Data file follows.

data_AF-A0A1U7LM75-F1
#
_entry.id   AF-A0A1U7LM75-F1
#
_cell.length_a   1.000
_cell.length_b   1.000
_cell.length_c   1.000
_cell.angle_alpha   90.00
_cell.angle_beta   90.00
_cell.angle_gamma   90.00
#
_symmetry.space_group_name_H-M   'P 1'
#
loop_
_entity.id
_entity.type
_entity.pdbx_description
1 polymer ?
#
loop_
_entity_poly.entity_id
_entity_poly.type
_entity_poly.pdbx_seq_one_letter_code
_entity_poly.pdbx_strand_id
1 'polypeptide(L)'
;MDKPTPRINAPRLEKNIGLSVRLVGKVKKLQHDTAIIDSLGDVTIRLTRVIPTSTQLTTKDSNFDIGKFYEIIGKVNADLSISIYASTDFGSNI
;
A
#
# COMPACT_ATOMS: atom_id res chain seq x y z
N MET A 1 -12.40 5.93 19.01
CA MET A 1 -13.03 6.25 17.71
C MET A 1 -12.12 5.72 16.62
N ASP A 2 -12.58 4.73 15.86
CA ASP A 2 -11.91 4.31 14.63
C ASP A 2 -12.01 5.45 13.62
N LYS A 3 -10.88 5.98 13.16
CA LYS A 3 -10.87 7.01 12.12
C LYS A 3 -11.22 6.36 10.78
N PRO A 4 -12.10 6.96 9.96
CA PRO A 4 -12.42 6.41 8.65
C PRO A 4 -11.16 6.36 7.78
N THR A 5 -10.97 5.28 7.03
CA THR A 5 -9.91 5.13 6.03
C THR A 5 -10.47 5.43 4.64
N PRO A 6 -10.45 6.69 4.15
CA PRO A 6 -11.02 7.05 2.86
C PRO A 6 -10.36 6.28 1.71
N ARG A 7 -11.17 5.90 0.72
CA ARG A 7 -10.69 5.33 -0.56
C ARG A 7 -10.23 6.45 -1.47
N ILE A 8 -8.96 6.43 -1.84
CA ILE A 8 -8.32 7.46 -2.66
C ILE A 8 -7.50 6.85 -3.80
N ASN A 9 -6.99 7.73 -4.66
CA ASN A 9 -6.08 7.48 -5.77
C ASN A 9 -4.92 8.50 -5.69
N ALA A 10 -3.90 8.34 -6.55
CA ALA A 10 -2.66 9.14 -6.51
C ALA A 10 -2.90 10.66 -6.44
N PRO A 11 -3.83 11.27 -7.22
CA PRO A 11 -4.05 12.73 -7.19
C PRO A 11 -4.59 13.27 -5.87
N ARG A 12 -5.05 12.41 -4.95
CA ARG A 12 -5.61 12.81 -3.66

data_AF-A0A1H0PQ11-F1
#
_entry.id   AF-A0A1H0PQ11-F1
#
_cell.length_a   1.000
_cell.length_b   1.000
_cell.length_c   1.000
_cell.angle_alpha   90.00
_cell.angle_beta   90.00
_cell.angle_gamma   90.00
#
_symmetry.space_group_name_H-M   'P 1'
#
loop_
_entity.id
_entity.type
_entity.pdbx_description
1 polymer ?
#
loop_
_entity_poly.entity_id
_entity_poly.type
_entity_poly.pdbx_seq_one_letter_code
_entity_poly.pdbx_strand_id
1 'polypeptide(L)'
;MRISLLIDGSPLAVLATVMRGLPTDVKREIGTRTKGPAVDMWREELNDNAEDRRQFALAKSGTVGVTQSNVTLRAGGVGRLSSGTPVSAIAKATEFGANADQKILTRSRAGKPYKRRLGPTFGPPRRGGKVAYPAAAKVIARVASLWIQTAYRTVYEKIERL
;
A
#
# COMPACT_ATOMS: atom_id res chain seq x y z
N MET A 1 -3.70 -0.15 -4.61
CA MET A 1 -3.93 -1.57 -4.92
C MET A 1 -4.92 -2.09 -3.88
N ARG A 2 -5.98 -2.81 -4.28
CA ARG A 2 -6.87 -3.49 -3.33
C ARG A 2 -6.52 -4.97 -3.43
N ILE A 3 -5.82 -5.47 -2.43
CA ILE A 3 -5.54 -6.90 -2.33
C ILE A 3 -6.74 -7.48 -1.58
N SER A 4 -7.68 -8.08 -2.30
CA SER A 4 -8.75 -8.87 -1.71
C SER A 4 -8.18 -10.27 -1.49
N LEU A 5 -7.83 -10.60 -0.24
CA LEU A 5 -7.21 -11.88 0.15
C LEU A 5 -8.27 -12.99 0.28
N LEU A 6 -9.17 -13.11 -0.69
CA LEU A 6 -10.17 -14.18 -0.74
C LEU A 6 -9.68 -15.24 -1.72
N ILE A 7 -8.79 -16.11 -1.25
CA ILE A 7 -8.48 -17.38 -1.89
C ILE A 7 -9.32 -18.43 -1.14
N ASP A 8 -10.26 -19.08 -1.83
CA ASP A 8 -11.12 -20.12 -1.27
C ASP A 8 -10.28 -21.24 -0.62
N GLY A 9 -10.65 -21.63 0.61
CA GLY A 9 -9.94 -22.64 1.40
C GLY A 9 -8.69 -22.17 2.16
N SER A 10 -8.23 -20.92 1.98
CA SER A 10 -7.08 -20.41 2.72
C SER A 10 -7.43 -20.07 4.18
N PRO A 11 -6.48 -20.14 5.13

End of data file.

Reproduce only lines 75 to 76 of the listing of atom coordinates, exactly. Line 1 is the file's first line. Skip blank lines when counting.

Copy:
_cell.angle_gamma   90.00
#